Jessie Widner, a Canadian college student who is currently spending a semester abroad in London, breaks down the language barrier.
Going to my first day of work at a stable in London, I was a little worried that everything would be different. Would they muck out stalls differently? Feed differently? I quickly realized that stable management is basically the same across the ocean and my numerous years of experience as an equine waste technician more than qualified me for the job. As for the riding, good riding is good riding no matter where you are. There was, however, one thing that got me into some awkward moments—my use of familiar horsey terms versus theirs. Its nothing major of course, but for instance when I asked “How much do we bed them?” I was met with blank stares. I’ve decided to compile a little list of translation, in case any of you will be seeking a future horsey career in the U.K.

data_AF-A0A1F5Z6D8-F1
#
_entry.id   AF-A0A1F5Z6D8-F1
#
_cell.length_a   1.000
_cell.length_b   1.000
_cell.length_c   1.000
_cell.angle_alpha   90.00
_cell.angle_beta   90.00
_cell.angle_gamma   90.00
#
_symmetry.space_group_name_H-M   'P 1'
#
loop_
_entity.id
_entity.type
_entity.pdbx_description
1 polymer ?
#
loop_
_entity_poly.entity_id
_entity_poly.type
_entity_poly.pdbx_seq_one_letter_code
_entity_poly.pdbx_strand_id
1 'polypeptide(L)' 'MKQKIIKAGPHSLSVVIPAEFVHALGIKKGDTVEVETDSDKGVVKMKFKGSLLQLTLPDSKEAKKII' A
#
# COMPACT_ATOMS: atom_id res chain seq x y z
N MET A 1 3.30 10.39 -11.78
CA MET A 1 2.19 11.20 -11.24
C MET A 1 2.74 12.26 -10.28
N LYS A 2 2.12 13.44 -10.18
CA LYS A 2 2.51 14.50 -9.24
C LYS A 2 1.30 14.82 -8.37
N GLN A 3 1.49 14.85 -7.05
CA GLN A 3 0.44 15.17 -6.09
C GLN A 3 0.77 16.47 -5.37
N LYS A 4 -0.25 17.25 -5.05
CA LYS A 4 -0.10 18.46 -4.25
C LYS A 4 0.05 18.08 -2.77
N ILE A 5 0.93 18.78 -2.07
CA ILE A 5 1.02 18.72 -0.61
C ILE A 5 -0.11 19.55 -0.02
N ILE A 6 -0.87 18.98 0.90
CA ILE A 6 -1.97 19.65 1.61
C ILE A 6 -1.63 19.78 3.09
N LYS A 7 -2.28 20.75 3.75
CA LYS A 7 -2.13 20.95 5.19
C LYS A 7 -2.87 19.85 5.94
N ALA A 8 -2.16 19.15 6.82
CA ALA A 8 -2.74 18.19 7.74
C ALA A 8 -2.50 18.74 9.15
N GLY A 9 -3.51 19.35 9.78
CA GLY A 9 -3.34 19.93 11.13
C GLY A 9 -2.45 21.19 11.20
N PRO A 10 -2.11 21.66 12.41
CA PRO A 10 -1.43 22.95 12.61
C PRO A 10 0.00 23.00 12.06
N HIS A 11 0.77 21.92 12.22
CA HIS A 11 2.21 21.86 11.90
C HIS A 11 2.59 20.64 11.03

North America … U.K.
Stable/Barn = Yard
Hay Shed = Barn
Stall = Stable
Pick out = Skip Out
Arena = School/Mênage
It’s not that many, but trust me, knowing the difference between the stable and the barn can be quite important, especially when trying to make a good impression. Despite my initial confusion when being told to find a wheelbarrow in the barn I think things went well. Hopefully within the next six months I will become fluent in British horsespeak… I will leave you with one to decipher for yourselves. A note from my coach—“You’re sitting on your fanny, sit on your bum instead!”
Photo: Open Source Marketer
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